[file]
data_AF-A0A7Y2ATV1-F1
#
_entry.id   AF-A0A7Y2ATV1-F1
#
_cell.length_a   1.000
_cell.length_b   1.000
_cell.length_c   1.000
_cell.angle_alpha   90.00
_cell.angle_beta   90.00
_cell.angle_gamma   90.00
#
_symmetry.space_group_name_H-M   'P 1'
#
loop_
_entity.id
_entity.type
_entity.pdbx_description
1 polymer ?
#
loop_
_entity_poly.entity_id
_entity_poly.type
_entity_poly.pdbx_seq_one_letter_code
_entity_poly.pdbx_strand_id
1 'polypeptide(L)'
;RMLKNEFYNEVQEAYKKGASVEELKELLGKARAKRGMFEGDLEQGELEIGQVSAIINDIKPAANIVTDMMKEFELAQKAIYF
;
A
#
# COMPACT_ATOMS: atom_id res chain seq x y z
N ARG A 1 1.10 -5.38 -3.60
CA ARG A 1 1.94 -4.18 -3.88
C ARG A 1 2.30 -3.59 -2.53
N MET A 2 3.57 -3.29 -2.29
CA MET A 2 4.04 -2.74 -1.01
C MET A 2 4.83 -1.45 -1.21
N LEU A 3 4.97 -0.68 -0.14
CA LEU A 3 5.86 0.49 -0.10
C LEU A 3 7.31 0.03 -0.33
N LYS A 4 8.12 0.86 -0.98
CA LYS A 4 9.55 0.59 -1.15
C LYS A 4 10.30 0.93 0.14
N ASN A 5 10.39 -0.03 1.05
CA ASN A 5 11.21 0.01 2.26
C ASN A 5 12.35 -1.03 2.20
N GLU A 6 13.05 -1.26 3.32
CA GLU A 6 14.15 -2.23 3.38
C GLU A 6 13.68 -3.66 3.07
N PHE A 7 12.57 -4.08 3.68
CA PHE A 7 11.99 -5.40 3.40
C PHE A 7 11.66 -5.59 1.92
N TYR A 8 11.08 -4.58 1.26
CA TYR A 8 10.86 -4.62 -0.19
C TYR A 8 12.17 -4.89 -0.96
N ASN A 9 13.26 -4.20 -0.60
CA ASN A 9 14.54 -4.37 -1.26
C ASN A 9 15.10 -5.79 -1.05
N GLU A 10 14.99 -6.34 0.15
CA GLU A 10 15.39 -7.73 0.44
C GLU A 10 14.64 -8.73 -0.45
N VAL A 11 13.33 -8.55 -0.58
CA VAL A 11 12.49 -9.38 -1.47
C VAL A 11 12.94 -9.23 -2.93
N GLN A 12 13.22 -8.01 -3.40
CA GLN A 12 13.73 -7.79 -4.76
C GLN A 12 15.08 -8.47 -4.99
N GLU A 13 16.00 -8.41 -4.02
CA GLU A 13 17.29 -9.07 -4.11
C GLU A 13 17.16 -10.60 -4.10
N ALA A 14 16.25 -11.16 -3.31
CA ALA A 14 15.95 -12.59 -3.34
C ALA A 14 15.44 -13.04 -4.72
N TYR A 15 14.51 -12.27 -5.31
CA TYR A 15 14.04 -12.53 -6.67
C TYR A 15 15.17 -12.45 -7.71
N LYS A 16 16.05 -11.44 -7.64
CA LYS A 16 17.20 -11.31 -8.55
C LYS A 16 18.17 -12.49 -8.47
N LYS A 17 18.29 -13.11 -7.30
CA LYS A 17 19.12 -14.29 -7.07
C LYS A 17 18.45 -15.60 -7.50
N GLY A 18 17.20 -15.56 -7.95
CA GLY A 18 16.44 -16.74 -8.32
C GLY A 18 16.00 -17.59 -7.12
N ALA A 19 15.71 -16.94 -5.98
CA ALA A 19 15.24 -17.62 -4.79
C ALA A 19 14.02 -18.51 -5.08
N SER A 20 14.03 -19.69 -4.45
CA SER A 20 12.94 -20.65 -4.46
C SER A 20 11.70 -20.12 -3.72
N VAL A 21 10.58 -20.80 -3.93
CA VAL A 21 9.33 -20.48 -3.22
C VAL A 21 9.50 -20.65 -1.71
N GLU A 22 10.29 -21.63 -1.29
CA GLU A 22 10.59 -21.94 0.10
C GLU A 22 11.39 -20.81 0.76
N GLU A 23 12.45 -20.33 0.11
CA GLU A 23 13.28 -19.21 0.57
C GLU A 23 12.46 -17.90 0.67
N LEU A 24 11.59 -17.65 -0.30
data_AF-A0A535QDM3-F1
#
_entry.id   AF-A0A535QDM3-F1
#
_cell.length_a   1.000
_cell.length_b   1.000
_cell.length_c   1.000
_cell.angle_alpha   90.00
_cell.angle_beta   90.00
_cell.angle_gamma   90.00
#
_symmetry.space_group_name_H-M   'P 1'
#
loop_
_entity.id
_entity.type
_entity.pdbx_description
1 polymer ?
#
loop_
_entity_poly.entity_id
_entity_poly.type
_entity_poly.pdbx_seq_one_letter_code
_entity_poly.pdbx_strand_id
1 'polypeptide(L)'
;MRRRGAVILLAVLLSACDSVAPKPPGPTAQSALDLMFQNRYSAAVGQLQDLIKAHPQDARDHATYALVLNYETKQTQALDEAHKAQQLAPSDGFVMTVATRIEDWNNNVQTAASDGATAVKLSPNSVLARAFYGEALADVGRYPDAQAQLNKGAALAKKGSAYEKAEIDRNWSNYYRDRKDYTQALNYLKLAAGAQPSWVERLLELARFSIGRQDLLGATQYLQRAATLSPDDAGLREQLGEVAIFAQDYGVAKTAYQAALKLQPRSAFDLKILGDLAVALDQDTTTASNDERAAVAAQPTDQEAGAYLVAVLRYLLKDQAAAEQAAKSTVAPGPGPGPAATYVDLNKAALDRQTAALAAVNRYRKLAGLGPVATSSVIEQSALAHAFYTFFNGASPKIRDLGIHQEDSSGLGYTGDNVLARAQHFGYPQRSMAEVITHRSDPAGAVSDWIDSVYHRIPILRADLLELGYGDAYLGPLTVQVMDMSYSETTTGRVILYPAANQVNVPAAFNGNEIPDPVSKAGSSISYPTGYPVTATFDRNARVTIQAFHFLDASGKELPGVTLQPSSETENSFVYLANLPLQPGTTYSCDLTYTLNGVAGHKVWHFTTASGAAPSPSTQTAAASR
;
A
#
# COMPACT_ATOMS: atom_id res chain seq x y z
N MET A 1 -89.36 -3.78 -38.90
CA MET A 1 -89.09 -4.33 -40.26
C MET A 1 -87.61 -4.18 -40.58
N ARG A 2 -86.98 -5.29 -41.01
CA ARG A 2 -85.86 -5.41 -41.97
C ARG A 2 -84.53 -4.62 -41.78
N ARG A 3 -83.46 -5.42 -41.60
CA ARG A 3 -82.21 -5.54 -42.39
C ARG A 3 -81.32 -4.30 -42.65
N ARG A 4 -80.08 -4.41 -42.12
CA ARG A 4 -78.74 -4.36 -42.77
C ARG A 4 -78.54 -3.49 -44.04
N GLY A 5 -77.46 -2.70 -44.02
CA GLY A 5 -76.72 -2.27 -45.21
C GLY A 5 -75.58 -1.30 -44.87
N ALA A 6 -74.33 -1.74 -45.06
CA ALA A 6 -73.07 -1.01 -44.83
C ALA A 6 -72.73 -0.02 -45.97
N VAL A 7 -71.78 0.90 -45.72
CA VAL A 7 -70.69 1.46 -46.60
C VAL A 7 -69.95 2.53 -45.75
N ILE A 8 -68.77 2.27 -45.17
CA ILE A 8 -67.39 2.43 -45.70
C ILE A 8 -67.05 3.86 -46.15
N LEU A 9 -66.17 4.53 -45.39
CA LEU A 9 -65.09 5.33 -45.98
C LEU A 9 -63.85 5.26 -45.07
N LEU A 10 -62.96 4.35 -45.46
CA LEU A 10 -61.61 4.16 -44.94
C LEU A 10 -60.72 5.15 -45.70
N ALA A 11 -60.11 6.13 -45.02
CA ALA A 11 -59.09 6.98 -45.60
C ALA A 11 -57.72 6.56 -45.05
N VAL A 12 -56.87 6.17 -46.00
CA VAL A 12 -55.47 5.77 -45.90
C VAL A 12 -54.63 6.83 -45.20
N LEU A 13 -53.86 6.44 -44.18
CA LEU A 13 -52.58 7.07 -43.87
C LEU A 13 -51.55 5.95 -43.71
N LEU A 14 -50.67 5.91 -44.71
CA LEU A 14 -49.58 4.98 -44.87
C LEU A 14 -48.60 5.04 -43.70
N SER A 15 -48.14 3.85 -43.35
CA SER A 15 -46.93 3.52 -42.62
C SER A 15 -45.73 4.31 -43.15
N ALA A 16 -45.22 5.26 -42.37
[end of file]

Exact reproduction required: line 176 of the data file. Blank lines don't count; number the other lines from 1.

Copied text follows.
N ALA A 16 -45.22 5.26 -42.37